The assassination that caused the most tension in the country and called into doubt any return to constitutionality was the July 3 death of Jorge Carpio, the President's own cousin. He was also one of the country's most well known politicians and editor of one of the most important newspapers. The murder occurred at a very complex moment for the new President less than a week after De León had surprisingly replaced the former defense minister, a hardliner, with a more moderate officer, and only two days after the appointment of a new cabinet and the announcement of the government's 180 day plan. Four days after the assassination, De León was to have announced his new peace proposal.
On the night of July 3, while traveling on a highway in the militarized department of El Quiché, Jorge Carpio's caravan, on a political tour, was attacked by a group of 15 to 30 masked and heavily armed men. The group stopped the vehicles and robbed the occupants of some of their belongings, in what seemed and may even have been one of the frequent cases of common crime. However, one of the attackers shouted out as the attack began: "It's Jorge Carpio! Kill Jorge!," opening fire on Carpio and his companions. His wife and other family members survived.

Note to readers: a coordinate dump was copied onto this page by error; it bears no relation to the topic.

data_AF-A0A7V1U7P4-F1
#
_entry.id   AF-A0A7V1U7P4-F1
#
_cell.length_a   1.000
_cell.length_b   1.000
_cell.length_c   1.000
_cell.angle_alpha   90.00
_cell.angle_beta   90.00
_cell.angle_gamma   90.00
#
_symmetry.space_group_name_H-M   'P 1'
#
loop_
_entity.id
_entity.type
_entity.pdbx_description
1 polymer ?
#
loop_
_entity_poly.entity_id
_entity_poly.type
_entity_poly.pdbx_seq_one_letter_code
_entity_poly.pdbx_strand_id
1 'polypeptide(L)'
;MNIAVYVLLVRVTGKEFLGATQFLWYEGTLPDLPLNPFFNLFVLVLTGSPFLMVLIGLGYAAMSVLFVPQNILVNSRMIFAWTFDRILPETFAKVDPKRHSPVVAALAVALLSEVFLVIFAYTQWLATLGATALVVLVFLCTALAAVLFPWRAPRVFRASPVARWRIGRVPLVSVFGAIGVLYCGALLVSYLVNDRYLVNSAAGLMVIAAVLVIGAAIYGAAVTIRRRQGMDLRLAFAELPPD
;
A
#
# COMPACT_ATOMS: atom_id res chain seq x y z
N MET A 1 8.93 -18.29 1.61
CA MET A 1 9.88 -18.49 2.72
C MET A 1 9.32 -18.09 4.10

The army immediately blamed the URNG, a claim officially rejected by the guerrilla command and discarded by analysts, as such a crime would only have hurt the insurgents. Afterwards, the government and the police pushed the thesis that it was a robbery perpetrated by a group of assailants that operates in the zone and frequently attacks tourists.